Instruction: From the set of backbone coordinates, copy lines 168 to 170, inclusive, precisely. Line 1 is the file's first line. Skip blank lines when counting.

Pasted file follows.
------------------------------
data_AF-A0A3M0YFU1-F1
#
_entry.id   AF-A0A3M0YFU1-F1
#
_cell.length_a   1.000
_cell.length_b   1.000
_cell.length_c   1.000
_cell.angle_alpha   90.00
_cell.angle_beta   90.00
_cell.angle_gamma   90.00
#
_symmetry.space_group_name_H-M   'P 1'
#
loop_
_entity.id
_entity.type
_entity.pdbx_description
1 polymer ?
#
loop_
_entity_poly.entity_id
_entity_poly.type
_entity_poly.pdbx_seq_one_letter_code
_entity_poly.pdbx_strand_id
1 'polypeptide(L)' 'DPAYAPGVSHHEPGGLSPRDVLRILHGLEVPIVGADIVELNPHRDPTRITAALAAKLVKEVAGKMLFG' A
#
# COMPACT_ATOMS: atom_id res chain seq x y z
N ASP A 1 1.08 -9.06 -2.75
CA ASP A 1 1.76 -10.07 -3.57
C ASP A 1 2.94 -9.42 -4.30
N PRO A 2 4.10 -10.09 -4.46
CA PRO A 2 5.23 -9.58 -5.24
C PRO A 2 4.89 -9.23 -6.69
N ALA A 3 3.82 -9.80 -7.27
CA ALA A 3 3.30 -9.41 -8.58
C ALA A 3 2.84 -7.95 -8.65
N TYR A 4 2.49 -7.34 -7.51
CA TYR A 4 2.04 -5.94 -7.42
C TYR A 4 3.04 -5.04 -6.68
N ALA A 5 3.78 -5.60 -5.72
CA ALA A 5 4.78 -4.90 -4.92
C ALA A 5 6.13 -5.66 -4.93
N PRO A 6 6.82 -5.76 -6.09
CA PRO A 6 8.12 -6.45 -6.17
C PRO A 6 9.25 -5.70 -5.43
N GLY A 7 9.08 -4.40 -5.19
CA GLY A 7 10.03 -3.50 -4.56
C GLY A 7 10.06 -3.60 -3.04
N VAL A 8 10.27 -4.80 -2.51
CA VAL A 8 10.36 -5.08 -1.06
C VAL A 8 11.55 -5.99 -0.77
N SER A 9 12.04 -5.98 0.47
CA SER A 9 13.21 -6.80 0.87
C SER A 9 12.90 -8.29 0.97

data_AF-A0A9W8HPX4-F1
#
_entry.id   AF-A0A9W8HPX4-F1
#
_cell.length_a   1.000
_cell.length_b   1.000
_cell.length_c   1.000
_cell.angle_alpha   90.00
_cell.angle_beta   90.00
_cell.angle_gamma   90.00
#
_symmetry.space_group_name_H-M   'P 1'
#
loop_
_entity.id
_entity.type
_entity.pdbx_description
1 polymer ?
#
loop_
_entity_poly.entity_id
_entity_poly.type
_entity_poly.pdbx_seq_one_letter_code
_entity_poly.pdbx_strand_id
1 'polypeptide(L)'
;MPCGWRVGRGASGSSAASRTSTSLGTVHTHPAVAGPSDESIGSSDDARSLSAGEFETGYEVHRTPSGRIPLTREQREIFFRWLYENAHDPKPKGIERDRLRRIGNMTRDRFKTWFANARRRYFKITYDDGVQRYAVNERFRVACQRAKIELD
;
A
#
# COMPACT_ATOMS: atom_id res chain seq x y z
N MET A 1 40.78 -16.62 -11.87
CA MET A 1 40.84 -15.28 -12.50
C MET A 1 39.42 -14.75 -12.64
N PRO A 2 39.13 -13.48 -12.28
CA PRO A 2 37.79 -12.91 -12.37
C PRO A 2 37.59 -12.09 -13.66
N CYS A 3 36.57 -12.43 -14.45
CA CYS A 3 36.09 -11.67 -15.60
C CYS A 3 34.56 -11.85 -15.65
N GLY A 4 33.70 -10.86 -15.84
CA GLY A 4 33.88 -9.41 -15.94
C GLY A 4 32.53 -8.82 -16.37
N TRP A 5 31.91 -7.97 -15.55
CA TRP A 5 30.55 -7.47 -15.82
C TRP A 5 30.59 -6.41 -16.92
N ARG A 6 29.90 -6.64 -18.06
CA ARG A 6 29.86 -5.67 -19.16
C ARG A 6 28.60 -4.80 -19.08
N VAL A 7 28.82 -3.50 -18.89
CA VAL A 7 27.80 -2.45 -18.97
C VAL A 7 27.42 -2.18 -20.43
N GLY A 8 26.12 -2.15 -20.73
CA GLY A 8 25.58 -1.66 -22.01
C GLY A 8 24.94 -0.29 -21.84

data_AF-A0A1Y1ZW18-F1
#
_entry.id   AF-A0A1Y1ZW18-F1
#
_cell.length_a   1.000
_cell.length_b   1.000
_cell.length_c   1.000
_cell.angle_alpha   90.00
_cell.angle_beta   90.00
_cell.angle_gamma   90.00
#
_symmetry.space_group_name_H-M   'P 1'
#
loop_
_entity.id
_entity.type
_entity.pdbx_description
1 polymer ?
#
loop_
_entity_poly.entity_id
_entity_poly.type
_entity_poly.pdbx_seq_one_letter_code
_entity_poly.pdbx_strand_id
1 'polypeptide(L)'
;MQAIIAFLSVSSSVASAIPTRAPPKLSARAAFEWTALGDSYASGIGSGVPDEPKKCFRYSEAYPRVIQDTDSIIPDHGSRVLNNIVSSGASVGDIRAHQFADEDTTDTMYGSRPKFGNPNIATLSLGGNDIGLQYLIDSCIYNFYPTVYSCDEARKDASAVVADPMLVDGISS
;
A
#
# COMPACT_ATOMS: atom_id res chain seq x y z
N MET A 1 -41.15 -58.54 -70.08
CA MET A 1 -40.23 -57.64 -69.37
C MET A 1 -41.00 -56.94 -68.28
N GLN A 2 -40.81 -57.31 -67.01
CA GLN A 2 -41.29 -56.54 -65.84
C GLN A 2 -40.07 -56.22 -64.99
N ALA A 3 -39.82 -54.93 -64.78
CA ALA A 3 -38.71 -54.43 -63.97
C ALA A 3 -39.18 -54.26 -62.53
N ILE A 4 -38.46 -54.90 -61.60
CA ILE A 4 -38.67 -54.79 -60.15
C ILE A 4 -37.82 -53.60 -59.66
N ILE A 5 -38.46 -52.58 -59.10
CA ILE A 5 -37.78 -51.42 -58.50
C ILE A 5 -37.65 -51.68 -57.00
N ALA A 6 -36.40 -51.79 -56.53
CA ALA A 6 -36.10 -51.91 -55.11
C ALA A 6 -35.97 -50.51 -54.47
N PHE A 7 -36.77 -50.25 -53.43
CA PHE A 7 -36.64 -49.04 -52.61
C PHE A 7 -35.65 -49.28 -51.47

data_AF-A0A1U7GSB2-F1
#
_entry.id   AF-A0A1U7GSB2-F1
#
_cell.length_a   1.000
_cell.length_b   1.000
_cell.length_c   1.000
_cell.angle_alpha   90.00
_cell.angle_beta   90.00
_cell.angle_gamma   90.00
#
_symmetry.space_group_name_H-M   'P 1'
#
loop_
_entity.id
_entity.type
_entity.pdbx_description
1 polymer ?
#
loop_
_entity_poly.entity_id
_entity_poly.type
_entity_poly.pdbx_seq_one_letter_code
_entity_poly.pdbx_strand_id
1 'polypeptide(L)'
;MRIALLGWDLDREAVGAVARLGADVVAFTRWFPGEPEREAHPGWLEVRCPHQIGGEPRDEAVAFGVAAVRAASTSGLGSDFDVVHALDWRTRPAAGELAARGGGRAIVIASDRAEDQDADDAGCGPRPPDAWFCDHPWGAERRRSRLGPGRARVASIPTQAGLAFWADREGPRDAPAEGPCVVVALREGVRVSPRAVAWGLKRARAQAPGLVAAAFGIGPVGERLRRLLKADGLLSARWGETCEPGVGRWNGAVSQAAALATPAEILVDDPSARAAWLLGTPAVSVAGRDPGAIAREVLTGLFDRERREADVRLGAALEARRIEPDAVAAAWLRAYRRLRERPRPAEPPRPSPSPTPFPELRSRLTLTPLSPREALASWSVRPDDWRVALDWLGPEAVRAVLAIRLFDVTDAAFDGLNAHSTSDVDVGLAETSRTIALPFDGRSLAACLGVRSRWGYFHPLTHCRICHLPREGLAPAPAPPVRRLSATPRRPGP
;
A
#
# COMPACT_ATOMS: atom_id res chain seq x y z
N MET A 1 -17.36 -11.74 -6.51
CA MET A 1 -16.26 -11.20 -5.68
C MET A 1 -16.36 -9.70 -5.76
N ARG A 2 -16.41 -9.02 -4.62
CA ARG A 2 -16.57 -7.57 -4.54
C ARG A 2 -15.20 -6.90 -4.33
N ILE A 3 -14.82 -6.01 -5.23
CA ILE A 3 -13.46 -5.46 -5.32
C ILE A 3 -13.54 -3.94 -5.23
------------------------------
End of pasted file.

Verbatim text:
_cell.angle_beta   90.00
_cell.angle_gamma   90.00
#